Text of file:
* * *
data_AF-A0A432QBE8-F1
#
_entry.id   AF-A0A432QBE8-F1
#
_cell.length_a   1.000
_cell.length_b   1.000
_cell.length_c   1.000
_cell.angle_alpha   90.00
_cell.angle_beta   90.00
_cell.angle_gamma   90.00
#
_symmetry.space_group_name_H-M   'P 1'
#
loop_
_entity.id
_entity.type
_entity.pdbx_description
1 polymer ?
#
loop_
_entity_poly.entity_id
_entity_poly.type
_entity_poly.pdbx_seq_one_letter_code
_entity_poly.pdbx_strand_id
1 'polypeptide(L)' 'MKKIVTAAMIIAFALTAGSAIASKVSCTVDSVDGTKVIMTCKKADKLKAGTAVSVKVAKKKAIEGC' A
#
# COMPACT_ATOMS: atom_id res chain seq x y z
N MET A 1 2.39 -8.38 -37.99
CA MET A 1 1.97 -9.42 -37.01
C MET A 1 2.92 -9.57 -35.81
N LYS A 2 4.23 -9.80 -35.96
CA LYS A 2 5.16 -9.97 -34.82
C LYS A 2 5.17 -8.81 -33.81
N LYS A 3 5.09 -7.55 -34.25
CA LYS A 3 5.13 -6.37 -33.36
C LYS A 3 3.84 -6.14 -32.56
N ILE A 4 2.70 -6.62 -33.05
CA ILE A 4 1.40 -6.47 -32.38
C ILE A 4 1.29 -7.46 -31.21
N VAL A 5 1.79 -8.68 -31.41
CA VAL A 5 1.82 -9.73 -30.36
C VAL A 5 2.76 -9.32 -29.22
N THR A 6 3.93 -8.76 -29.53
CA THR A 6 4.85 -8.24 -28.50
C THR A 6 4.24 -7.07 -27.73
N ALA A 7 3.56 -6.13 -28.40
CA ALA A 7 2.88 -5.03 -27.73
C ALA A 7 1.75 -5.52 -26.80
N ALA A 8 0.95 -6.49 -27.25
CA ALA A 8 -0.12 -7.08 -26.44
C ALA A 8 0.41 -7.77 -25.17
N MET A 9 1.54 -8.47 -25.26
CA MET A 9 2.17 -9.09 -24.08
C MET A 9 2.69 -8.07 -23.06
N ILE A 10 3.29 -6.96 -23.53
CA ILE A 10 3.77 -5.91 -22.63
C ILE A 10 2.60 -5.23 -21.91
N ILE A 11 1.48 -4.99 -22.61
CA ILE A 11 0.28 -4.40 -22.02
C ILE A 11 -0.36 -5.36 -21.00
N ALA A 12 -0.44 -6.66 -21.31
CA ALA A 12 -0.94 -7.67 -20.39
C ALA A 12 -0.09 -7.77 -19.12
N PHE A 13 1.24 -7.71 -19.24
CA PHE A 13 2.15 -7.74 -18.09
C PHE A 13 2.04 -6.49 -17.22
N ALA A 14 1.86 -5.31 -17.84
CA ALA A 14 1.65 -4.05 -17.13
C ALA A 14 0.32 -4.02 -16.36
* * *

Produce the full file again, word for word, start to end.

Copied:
data_AF-A0A432QBE8-F1
#
_entry.id   AF-A0A432QBE8-F1
#
_cell.length_a   1.000
_cell.length_b   1.000
_cell.length_c   1.000
_cell.angle_alpha   90.00
_cell.angle_beta   90.00
_cell.angle_gamma   90.00
#
_symmetry.space_group_name_H-M   'P 1'
#
loop_
_entity.id
_entity.type
_entity.pdbx_description
1 polymer ?
#
loop_
_entity_poly.entity_id
_entity_poly.type
_entity_poly.pdbx_seq_one_letter_code
_entity_poly.pdbx_strand_id
1 'polypeptide(L)' 'MKKIVTAAMIIAFALTAGSAIASKVSCTVDSVDGTKVIMTCKKADKLKAGTAVSVKVAKKKAIEGC' A
#
# COMPACT_ATOMS: atom_id res chain seq x y z
N MET A 1 2.39 -8.38 -37.99
CA MET A 1 1.97 -9.42 -37.01
C MET A 1 2.92 -9.57 -35.81
N LYS A 2 4.23 -9.80 -35.96
CA LYS A 2 5.16 -9.97 -34.82
C LYS A 2 5.17 -8.81 -33.81
N LYS A 3 5.09 -7.55 -34.25
CA LYS A 3 5.13 -6.37 -33.36
C LYS A 3 3.84 -6.14 -32.56
N ILE A 4 2.70 -6.62 -33.05
CA ILE A 4 1.40 -6.47 -32.38
C ILE A 4 1.29 -7.46 -31.21
N VAL A 5 1.79 -8.68 -31.41
CA VAL A 5 1.82 -9.73 -30.36
C VAL A 5 2.76 -9.32 -29.22
N THR A 6 3.93 -8.76 -29.53
CA THR A 6 4.85 -8.24 -28.50
C THR A 6 4.24 -7.07 -27.73
N ALA A 7 3.56 -6.13 -28.40
CA ALA A 7 2.88 -5.03 -27.73
C ALA A 7 1.75 -5.52 -26.80
N ALA A 8 0.95 -6.49 -27.25
CA ALA A 8 -0.12 -7.08 -26.44
C ALA A 8 0.41 -7.77 -25.17
N MET A 9 1.54 -8.47 -25.26
CA MET A 9 2.17 -9.09 -24.08
C MET A 9 2.69 -8.07 -23.06
N ILE A 10 3.29 -6.96 -23.53
CA ILE A 10 3.77 -5.91 -22.63
C ILE A 10 2.60 -5.23 -21.91
N ILE A 11 1.48 -4.99 -22.61
CA ILE A 11 0.28 -4.40 -22.02
C ILE A 11 -0.36 -5.36 -21.00
N ALA A 12 -0.44 -6.66 -21.31
CA ALA A 12 -0.94 -7.67 -20.39
C ALA A 12 -0.09 -7.77 -19.12
N PHE A 13 1.24 -7.71 -19.24
CA PHE A 13 2.15 -7.74 -18.09
C PHE A 13 2.04 -6.49 -17.22
N ALA A 14 1.86 -5.31 -17.84
CA ALA A 14 1.65 -4.05 -17.13
C ALA A 14 0.32 -4.02 -16.36